Hundreds of potentially dangerous eye drops are being sold online without government oversight, according to a recent report by the nonprofit Dry Eye Foundation.

An investigation by the advocacy group found that more than 200 eye drops made by 62 brands could cause potential health problems because of packaging and formulation issues. A significant number of eye drops are formulated for sale in countries other than the U.S., according to the Dry Eye Foundation, which keeps a master list on its website.

“Eye drops purchased on the shelf in drugstores can generally be considered safe. Conversely, e-commerce platforms such as Amazon, Walmart, eBay and Shopify sell many eye drops which are not registered with the FDA,” said Dr. Sandra Brown, a Drugwatch expert contributor and the Dry Eye Foundation’s medical advisor. “These products should be considered unsafe because nothing is known about their manufacturing conditions.” 

Earlier this year, contaminated eye drops caused major health issues for more than 80 Americans after users contracted a deadly bacterium. Health officials linked the illnesses, which included loss of sight, four eyeball removals and four deaths, to the Pseudomonas aeruginosa bacterium, which has been found in EzriCare Artificial Tears and Delsam Pharma’s Artificial Tears.

The two brands were imported into the U.S. and sold online. Global Pharma, an India-based manufacturer, recalled the drops and Delsam Pharma’s Artificial Ointment. Investigators from the U.S. Centers for Disease Control and Prevention and the U.S. Food and Drug Administration are investigating the incidents.

A number of people have filed eye drop lawsuits after they experienced injuries when using the eye drops. The cases are still in the early stages and there have been no settlements or jury trials. 

Eye Drops Reported to FDA

The Dry Eye Foundation reported more than 200 eye drops to the FDA for various reasons, including: 

  • Counterfeits of national brands
  • “Natural” eye drops that claim to treat various medical eye diseases
  • Preservative-free eye drops packaged in standard eye drop bottles that require preservation
  • Unregistered imports that appear to be packaged for sale outside of the U.S.
  • Trending scams, such as eye drops that claim to change eye color

“Raising awareness about the safety hazards of purchasing eye drops online has become our top priority for 2023,” said Dry Eye Foundation Executive Director Rebecca Petris.

In June, the Dry Eye Foundation released a list of 205 potentially unsafe eye drops and reported the medicines to health officials. It found that many of the OTC drugs were packaged exclusively for sale in countries other than the U.S. Many of the bottles were labeled preservative-free, but the type of bottles used as packaging were meant for preserved eye drops to prevent contamination.

“In 2022 we were worried about three incorrectly packaged biologic eye drops. Then came the Ezricare tragedy earlier this year, which increased our sense of urgency,” Petris said. “Since then, our list grew to 10, 20, 50, 100, and now over 200. We have been sharing all our research with the FDA, and in the meantime, we need eye care providers to know what’s going on.”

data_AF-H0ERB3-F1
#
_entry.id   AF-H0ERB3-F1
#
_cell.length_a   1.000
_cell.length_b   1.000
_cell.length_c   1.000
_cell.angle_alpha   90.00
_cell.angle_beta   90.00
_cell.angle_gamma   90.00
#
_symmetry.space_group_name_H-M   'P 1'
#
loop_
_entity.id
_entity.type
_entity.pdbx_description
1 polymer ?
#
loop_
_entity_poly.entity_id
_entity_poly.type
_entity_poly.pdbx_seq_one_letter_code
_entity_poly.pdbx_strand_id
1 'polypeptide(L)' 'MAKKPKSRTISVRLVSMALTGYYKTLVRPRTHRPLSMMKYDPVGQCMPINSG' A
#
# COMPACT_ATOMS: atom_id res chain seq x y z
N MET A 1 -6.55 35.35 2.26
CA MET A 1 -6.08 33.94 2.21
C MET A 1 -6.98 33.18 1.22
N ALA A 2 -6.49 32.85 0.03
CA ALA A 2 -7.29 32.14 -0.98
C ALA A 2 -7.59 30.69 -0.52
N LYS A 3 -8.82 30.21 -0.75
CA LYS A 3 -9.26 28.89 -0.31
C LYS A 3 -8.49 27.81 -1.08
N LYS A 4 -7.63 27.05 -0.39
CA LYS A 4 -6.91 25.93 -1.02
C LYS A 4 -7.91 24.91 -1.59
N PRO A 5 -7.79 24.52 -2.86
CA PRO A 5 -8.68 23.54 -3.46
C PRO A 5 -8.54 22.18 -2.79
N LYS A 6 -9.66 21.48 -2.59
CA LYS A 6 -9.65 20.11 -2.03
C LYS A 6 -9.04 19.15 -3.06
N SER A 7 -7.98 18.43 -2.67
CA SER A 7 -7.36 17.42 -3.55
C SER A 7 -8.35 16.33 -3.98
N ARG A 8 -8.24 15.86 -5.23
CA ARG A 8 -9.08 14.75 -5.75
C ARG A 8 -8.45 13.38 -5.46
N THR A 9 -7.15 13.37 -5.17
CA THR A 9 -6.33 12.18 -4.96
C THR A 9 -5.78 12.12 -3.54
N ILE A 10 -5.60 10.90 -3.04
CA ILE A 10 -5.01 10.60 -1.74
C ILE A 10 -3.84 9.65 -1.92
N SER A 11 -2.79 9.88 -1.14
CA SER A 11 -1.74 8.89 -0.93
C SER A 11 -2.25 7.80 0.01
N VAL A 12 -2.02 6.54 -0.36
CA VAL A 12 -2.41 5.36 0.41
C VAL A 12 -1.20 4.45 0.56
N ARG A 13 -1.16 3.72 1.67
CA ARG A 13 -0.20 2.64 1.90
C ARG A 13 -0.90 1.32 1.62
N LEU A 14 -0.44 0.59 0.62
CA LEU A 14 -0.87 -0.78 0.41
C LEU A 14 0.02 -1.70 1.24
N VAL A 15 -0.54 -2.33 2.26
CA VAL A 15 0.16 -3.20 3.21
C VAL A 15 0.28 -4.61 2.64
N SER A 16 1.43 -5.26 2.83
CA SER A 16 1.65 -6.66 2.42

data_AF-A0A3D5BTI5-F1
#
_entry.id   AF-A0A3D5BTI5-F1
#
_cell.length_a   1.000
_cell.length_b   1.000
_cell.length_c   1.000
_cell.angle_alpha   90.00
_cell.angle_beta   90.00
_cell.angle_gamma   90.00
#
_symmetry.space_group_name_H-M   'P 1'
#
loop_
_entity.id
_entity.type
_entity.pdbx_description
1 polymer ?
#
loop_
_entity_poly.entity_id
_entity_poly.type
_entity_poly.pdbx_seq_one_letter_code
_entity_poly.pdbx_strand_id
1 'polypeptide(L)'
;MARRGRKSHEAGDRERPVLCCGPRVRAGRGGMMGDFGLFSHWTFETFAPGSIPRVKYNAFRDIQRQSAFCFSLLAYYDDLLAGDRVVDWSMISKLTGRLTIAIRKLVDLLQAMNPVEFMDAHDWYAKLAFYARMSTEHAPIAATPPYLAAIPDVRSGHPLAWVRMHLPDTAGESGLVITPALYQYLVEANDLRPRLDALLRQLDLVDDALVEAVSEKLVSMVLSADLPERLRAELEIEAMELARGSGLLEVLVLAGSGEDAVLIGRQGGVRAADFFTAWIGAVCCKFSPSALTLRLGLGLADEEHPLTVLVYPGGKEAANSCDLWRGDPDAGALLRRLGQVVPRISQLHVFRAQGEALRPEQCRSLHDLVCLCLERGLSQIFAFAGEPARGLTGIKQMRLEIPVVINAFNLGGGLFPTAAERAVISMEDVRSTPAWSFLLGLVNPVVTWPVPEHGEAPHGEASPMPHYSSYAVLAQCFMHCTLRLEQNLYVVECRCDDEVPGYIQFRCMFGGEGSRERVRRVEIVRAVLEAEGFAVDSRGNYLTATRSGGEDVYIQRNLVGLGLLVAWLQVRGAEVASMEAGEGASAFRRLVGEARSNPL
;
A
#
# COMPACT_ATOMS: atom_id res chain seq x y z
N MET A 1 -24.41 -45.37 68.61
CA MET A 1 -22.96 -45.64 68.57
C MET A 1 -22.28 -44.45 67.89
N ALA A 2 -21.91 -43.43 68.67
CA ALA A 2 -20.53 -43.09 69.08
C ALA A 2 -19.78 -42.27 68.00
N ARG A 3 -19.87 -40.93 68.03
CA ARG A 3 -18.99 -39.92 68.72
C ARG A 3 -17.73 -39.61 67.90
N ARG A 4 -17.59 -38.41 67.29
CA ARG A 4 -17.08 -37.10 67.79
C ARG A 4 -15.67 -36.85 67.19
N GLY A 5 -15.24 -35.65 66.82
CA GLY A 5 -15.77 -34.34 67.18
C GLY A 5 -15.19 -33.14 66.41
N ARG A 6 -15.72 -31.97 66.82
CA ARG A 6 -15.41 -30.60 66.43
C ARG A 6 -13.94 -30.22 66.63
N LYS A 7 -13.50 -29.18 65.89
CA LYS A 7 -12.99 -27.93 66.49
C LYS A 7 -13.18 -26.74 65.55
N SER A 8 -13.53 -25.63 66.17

The Dry Eye Foundation is encouraging health care professionals to learn more about safety issues and review current product alerts.

Consumers Urged To Use Caution 

A surge of unregulated eye drops continues on popular e-retailer sites and can cause harm to U.S. consumers, the foundation warned. It urged consumers to take a few extra precautions when purchasing over-the-counter medicines online to ensure they are safe.

  • Always check the manufacturers’ store to see if the product is sold by the company. An imposter company could be selling a bogus product.
  • Check the National Institutes of Health DailyMed website to see if the product is registered with the FDA before purchasing. While that can be helpful, the FDA does not review OTC product information uploaded by companies and states it “has not evaluated” whether the products comply with applicable regulations or policies.

“Although being registered with the FDA is not a guarantee of safety – EzriCare eye drops were registered – not being registered is an indication that the seller is [disregarding] the FDA’s rules,” Brown added.

If the product is sold with an ordinary eye dropper, the product must be preserved to prevent contamination. Preservative-free drops require special packaging or to be placed in single-use dosage droppers.

Eye Drops Safety Tips

Brown advised that consumers should pay attention to any potential eye drop side effects. Some of these are immediate and others occur over time.

“If an eye drop causes immediate redness, stinging, burning, watering or blurred vision you should rapidly flush your eyes with cool or cold tap water, using your fingers to widely separate your eyelids, for at least five minutes,” Brown said. “If the eye drop seems to be causing gradually increasing irritation with each use, simply discontinuing it should be sufficient.”

If eyes remain persistently red and irritated, Brown recommends seeking evaluation by an eye care provider. Consumers should bring the eye drops to the provider visit.

Eye drops can get hot during the heat of summer and the product’s temperature could reach unsafe levels, Brown added.

“Keeping [eye drops] in the car in the summer can increase the temperature to more than 110 degrees. This is well outside the recommended storage temperature. Never keep eye drops in a pocket or leave them in the car,” she advised.